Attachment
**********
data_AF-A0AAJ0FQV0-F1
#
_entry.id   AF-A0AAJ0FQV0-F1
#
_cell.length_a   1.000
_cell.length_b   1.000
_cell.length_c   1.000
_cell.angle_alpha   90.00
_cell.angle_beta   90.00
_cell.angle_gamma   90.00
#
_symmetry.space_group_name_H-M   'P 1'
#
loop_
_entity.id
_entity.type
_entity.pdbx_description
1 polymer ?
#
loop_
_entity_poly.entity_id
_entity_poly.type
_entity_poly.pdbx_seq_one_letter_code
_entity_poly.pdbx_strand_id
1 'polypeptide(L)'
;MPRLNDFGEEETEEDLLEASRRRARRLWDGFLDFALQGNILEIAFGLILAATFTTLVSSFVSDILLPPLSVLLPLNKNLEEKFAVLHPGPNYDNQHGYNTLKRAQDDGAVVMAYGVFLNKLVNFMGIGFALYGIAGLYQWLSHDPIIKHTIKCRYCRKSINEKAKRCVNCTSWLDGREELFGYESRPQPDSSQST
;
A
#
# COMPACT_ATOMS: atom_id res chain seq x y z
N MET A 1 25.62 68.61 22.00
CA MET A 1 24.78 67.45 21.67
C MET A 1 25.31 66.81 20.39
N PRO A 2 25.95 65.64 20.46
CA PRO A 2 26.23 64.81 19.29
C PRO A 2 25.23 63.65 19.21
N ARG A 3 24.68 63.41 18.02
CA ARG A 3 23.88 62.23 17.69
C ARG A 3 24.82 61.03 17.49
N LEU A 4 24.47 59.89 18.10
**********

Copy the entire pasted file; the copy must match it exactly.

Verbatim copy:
data_AF-A0AAJ0FQV0-F1
#
_entry.id   AF-A0AAJ0FQV0-F1
#
_cell.length_a   1.000
_cell.length_b   1.000
_cell.length_c   1.000
_cell.angle_alpha   90.00
_cell.angle_beta   90.00
_cell.angle_gamma   90.00
#
_symmetry.space_group_name_H-M   'P 1'
#
loop_
_entity.id
_entity.type
_entity.pdbx_description
1 polymer ?
#
loop_
_entity_poly.entity_id
_entity_poly.type
_entity_poly.pdbx_seq_one_letter_code
_entity_poly.pdbx_strand_id
1 'polypeptide(L)'
;MPRLNDFGEEETEEDLLEASRRRARRLWDGFLDFALQGNILEIAFGLILAATFTTLVSSFVSDILLPPLSVLLPLNKNLEEKFAVLHPGPNYDNQHGYNTLKRAQDDGAVVMAYGVFLNKLVNFMGIGFALYGIAGLYQWLSHDPIIKHTIKCRYCRKSINEKAKRCVNCTSWLDGREELFGYESRPQPDSSQST
;
A
#
# COMPACT_ATOMS: atom_id res chain seq x y z
N MET A 1 25.62 68.61 22.00
CA MET A 1 24.78 67.45 21.67
C MET A 1 25.31 66.81 20.39
N PRO A 2 25.95 65.64 20.46
CA PRO A 2 26.23 64.81 19.29
C PRO A 2 25.23 63.65 19.21
N ARG A 3 24.68 63.41 18.02
CA ARG A 3 23.88 62.23 17.69
C ARG A 3 24.82 61.03 17.49
N LEU A 4 24.47 59.89 18.10